Stop National Hug Your Dog Day


Talk about misinterpretation of dog behavior. April 10 is National Hug Your Dog Day, which happens this year to fall smack dab in the middle of National Dog Bite Prevention Week. National Hug Your Dog Day should be changed to National Love Your Dog Day. Here’s why:

Sometimes dogs will bite as being hugged.

Hugging dogs is not innocuous. All primates from humans to titi monkeys are born huggers. Dogs are not. Dogs often find hugs downright annoying, distastefully rude and sometimes the only way to stop that crazy human is to bite.

Perhaps because dogs did evolve with humans and are superb at understanding intent (if not action), many dogs tolerate our hugging or even learn to enjoy it as a means of positive and loving attention.

However, other dogs never come to appreciate the hug, most especially from strangers.

Also, pain is generally underdiagnosed in dogs. If a dog isn’t feeling well or is hurting – the response to a hug might even be more immediate, a growl, a snap or even a bite.

Even us humans – hard-wired to hug – don’t typically randomly hug strangers without an apparent reason to both parties or with permission.

As adults, at least many learn not to randomly hug strange dogs. Children haven’t yet learned this and children are more likely to be bitten by a dogs.

Hugging a dog is not always a precursor to a dog bite. However, hugging dogs that are unfamiliar – especially allowing children to do so – is never a good idea. And that’s even true if the dog’s owner offers permission. Is the dog also offering permission?

Dogs communicate all the time, but we’re not always understanding what they’re saying. For example, a dog responding to an approaching person ready to hug, might simply be looking the other way – that’s it – but clearly not initiating any interaction. That dog is saying the same thing as a growling dog only expressing their emotion differently. In this post the dogs’ owners proudly tout how their toddler hugs their dog – the image here shows that the dog is at the very least mildly anxious.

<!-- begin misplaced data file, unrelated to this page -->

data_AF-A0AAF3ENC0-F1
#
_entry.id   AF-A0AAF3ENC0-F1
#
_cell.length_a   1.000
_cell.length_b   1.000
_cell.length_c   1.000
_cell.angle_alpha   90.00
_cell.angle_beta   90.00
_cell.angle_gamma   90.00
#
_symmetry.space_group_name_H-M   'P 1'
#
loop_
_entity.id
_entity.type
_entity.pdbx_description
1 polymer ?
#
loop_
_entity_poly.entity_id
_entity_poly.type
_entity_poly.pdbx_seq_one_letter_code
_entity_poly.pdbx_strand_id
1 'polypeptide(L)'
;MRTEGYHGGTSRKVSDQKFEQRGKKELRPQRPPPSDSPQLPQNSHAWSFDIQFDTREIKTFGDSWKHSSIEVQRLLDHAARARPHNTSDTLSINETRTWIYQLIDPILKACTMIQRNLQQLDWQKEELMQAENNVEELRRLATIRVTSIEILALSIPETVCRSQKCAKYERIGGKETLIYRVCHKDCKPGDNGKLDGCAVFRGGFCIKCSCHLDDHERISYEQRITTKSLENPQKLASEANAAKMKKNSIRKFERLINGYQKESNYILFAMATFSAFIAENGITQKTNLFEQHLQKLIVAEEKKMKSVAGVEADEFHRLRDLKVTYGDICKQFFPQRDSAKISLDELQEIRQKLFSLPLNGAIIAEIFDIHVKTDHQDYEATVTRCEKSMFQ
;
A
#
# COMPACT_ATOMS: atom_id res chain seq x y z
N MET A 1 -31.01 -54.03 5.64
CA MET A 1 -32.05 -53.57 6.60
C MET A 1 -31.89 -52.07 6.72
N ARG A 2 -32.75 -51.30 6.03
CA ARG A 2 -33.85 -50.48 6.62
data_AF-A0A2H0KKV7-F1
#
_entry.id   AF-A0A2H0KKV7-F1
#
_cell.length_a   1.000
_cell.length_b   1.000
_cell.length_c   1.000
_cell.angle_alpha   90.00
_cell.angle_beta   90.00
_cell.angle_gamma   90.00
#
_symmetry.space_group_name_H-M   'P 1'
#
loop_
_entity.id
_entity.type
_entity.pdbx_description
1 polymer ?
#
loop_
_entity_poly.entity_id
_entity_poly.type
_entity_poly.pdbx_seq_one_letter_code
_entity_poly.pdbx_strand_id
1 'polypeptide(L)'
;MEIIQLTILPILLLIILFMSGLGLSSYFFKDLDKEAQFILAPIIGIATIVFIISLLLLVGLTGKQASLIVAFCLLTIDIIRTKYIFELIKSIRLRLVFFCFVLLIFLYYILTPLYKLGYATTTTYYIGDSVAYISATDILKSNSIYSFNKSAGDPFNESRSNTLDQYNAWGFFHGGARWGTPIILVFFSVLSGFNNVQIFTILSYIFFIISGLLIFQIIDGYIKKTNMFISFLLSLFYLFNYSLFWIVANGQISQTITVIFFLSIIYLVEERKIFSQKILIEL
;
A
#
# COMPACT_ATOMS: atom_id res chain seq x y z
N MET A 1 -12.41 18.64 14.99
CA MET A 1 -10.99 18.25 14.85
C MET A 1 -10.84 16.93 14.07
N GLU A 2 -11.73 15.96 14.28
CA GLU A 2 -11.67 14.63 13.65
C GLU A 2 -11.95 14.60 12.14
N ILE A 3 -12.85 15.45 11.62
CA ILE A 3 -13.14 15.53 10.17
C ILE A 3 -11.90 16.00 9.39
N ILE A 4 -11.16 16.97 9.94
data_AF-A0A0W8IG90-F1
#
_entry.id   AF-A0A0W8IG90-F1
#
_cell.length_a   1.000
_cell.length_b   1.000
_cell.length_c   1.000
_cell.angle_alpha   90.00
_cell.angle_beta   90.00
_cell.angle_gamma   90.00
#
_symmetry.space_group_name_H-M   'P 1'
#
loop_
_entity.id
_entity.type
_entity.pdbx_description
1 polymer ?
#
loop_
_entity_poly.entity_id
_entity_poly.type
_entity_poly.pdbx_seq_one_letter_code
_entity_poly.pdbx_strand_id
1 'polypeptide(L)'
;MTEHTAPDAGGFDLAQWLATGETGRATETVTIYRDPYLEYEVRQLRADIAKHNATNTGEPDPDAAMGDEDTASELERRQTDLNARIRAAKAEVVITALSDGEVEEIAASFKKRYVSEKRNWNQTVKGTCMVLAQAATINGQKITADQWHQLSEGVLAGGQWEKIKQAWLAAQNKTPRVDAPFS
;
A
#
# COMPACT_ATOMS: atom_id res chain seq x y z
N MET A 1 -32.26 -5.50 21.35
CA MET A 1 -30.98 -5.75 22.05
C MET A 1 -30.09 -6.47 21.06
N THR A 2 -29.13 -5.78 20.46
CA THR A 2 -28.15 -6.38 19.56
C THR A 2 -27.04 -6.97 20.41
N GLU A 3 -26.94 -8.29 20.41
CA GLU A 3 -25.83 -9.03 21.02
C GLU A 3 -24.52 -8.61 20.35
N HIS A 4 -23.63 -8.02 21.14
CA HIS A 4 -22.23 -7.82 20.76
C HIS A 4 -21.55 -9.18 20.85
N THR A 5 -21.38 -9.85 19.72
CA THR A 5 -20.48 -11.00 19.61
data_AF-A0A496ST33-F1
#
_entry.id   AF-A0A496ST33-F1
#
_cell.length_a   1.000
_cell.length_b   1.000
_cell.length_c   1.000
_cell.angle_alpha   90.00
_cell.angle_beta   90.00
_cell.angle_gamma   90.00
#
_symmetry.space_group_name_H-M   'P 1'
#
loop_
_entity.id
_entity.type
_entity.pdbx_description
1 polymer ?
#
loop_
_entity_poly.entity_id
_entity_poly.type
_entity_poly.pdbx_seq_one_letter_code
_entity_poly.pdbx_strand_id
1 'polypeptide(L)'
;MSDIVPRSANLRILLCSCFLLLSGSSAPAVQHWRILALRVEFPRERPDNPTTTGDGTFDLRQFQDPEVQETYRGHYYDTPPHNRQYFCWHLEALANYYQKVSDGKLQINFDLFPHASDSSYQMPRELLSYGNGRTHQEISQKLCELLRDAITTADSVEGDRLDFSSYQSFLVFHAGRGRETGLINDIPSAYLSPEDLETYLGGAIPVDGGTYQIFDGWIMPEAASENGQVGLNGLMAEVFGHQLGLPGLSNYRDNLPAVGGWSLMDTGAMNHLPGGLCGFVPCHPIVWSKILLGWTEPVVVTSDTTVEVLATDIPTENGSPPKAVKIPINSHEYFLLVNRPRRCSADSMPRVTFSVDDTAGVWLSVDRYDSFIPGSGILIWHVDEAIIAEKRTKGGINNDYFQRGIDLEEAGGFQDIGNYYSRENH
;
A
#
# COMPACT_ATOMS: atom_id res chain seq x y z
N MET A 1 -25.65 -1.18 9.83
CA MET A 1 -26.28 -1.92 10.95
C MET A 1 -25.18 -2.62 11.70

Having said all that, there are dogs who actually have learned to express their joy by hugging us! And for many of these dogs National Hug Your Dog Day turns out to be National Hug Your Person Day. That’s fine. However, with dog bite numbers on the rise, let’s please begin to consider the dogs’ perspective.

Free Webinars

April 11: I will moderate a panel of experts for the American Veterinary Medical Association Dog Bite Prevention Week Join here, noon CT, 1 p.m. ET, 11 am MT, 10 a.m PT.  Join free Facebook Live event. Participants include veterinary behaviorist Dr. Melissa Bain; Incoming AVMA President Dr. Sandra Faeh; Heather Paul, media relations specialist at State Farm; dog trainer and TV host Victoria Stilwell, and Janet Ruiz, director of strategic communications at the Insurance Information Institute

April 11 Steve presents a Fear Free event, a Free Webinar: Building Trust, Preventing Bites: ​​​​​​​Proactive Dog Bite Prevention and Handling Strategies -on dog bite prevention S.T.O.P.P. and Ask the Dog 3 p.m. ET; 2 p.m. CT; 1 p.m. MT and noon PT.